The resolution expressed the council’s “intention…to adopt appropriate measures under Article 41 of Chapter VII of the Charter of the United Nations” if Iran did not cooperate. However, such measures would not be adopted automatically. The resolution underlined that the council must undertake “further decisions…should such additional measures be necessary.”

The first Security Council resolution to address the Iranian nuclear program, Resolution 1696 did not contain sanctions, but was the basis for future sanctions resolutions Specifically it:

  • Demanded that Iran suspend all enrichment-related and reprocessing activities, including research and development, to be verified by the IAEA.
  • Called on states to follow their existing domestic law and international law to “exercise vigilance and prevent the transfer of any items, materials, good and technology that could contribute to Iran’s enrichment-related and reprocessing activities and ballistic missile programmes.”

The resolution warned Iran that its failure to comply by August 31, 2006 could result in punitive Security Council measures, such as economic sanctions.

Resolution 1696’s Monitoring Mechanisms

The resolution called for a report from the Director General of the IAEA by August 31 on Iran’s compliance with this resolution.

Security Council Resolution 1737

On December 23, 2006, the Security Council adopted Resolution 1737 unanimously under Article 41 of the UN Charter in response to Iran’s failure to comply with Resolution 1696.

The full text of Resolution 1737 is available here.

Resolution 1737’s Principal Provisions

The resolution echoed the principal provisions of Resolution 1696, requiring Iran to suspend uranium enrichment and reprocessing activities, and to take other confidence-building measures. In addition, Resolution 1737:

  • Obligated Iran to suspend work on its heavy-water reactor projects rather than just reconsider them.
  • Called on Iran to ratify the IAEA’s Additional Protocol.

Resolution 1737’s Sanctions

The resolution imposed sanctions against both the state of Iran and Iranian individuals and entities deemed to be providing support for Iran’s proliferation-related activities.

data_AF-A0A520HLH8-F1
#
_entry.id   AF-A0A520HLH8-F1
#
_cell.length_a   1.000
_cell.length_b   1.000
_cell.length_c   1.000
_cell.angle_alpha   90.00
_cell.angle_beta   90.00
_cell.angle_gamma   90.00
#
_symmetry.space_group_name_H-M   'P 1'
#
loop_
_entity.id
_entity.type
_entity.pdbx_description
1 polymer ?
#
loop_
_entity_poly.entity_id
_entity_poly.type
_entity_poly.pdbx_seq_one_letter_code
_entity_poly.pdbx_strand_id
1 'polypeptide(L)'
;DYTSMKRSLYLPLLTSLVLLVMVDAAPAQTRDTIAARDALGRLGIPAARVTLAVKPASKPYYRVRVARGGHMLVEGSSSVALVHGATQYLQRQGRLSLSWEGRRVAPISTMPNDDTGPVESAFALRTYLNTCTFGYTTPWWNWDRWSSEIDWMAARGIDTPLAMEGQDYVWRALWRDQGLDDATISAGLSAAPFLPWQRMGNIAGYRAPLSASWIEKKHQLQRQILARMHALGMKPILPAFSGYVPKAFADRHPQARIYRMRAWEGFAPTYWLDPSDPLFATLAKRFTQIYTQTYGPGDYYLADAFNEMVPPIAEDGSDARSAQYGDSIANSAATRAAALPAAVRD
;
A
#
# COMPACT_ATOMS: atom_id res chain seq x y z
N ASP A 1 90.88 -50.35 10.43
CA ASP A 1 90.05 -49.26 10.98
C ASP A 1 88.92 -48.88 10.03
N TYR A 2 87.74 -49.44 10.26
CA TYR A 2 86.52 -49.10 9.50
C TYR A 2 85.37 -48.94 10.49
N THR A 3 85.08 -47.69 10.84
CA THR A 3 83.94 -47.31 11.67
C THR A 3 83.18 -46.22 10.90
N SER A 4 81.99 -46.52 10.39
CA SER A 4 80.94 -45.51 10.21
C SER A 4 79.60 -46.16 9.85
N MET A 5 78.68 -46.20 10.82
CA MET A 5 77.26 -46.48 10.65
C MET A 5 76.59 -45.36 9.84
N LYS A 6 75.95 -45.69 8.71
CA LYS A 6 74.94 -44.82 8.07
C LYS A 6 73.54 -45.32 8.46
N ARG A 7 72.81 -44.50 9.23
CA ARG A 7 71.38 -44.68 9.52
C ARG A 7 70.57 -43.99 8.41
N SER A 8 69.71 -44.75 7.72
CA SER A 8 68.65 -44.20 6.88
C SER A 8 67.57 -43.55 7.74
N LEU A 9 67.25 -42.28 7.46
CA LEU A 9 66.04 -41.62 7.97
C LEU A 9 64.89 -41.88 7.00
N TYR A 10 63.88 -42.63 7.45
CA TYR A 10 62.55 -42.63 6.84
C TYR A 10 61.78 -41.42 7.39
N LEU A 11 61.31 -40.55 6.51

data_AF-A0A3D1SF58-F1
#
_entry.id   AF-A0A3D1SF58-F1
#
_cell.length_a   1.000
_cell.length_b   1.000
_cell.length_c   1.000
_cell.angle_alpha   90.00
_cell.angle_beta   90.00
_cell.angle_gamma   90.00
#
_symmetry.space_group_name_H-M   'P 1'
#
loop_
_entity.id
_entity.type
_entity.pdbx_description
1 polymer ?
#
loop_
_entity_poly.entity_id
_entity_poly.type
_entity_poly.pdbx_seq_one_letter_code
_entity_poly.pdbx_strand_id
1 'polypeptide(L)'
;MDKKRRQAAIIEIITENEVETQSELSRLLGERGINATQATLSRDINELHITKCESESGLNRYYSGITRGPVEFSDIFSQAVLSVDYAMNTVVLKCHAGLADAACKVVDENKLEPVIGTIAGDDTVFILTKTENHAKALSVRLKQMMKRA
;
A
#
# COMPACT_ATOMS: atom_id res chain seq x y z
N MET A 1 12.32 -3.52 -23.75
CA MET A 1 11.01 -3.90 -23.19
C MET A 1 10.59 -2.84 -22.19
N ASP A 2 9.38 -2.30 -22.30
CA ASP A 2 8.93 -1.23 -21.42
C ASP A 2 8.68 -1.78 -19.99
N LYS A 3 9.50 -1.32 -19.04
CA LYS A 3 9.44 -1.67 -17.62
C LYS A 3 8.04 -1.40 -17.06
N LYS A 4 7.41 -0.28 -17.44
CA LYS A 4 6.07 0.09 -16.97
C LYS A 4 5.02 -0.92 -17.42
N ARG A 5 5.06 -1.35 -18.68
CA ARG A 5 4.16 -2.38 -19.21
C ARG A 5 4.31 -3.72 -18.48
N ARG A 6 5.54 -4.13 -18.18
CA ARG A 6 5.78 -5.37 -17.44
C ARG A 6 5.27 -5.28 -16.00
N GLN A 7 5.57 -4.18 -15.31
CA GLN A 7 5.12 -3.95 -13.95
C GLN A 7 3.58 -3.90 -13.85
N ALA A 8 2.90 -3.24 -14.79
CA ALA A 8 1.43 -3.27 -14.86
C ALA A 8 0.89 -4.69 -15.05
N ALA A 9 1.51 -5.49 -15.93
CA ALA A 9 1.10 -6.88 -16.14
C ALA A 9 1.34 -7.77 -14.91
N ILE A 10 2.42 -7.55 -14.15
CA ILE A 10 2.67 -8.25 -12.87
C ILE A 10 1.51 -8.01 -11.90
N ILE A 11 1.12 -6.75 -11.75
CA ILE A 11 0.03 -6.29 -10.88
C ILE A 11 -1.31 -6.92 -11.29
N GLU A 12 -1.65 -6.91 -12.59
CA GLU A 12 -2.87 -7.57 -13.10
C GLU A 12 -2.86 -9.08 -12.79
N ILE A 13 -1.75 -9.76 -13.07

Resolution 1737 decided that all states should:

  • Prevent the supply, sale, or transfer of designated nuclear and ballistic missile-related goods to Iran to ensure that Iran cannot employ the designated goods in its enrichment-related, reprocessing, or heavy water-related activities, or its development of nuclear weapon delivery systems.
  • Refrain from providing technical or financial assistance, training, or resources related to certain nuclear and ballistic missile-related goods.
  • Refrain from importing designated nuclear and ballistic missile-related items from Iran.

Three provisions in Resolution 1737 targeted Iranian individuals and entities by calling on states to:

  • Exercise vigilance regarding the entry into their territory of individuals engaged in Iran’s nuclear or ballistic missile activities.
  • Freeze the funds, financial assets, and economic resources of designated individuals who are involved with Iran’s nuclear programs.
  • Preventing the “specialized teaching or training of Iranian nationals” of subjects that would enhance Iran’s nuclear goals.

The resolution did permit states to export nuclear and ballistic missile-related goods that are not itemized in the resolution’s control lists if: certain guidelines were followed, end-user controls were put in place, and the 1737 Committee was notified. It was also necessary for states to notify the IAEA to export certain nuclear and ballistic missile-related materials to Iran.

Resolution 1737’s Monitoring Mechanisms

Resolution 1737 set out numerous measures to monitor compliance with the resolution. In paragraph 18 it established a Committee (known as the 1737 Committee) to oversee the implementation of the resolution’s key provisions. A subsequent paragraph required states to furnish reports to the Committee detailing their compliance with the resolution.

In addition, the Director General of the IAEA was required to report to the IAEA Board of Governors and to the Security Council within 60 days of the resolution being issued on whether Iran had suspended its enrichment and heavy water-related activities. The UNSC then reviewed Iran’s actions based on the findings of that report. It was then incumbent upon the council to decide to either suspend or terminate the resolution’s sanctions if Iran complied with them. In the event that Iran had not complied with the sanctions, the Security Council was empowered to adopt further measures as it saw fit.

Security Council Resolution 1747

On March 24, 2007, the Security Council adopted Resolution 1747 unanimously under Article 41 of the UN Charter.

The full text of Resolution 1747 is available here.

Resolution 1747’s Principal Provisions

This resolution was adopted as a result of Iran’s failure to comply with the previous two resolutions. It called on Iran to take the steps required by the IAEA Board of Governors and outlined in Resolution 1737 to verify that its nuclear program has only peaceful purposes. Resolution 1747 also encourages Iran to consider the June 2006 proposals to reach a long-term comprehensive agreement with the P5+1.

Resolution 1747’s Sanctions